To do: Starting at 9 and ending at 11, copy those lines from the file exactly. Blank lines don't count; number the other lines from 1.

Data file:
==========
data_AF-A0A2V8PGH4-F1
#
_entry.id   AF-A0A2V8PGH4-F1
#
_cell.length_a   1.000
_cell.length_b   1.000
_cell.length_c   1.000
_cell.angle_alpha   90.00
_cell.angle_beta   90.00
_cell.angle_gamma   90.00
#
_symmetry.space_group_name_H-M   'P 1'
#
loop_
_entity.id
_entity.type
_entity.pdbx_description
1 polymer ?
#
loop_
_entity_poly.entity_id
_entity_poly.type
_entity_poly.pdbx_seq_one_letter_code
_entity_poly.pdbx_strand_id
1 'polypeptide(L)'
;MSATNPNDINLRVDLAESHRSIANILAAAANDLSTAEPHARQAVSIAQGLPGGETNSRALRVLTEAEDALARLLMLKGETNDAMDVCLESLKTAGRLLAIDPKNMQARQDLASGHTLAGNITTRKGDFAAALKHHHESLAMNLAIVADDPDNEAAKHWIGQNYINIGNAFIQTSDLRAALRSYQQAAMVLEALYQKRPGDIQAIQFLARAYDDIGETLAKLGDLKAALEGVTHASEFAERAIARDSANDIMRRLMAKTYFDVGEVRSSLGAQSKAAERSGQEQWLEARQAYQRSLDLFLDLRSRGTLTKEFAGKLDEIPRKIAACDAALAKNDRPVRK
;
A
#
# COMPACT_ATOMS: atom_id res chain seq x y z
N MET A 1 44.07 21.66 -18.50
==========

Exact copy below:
_cell.angle_beta   90.00
_cell.angle_gamma   90.00
#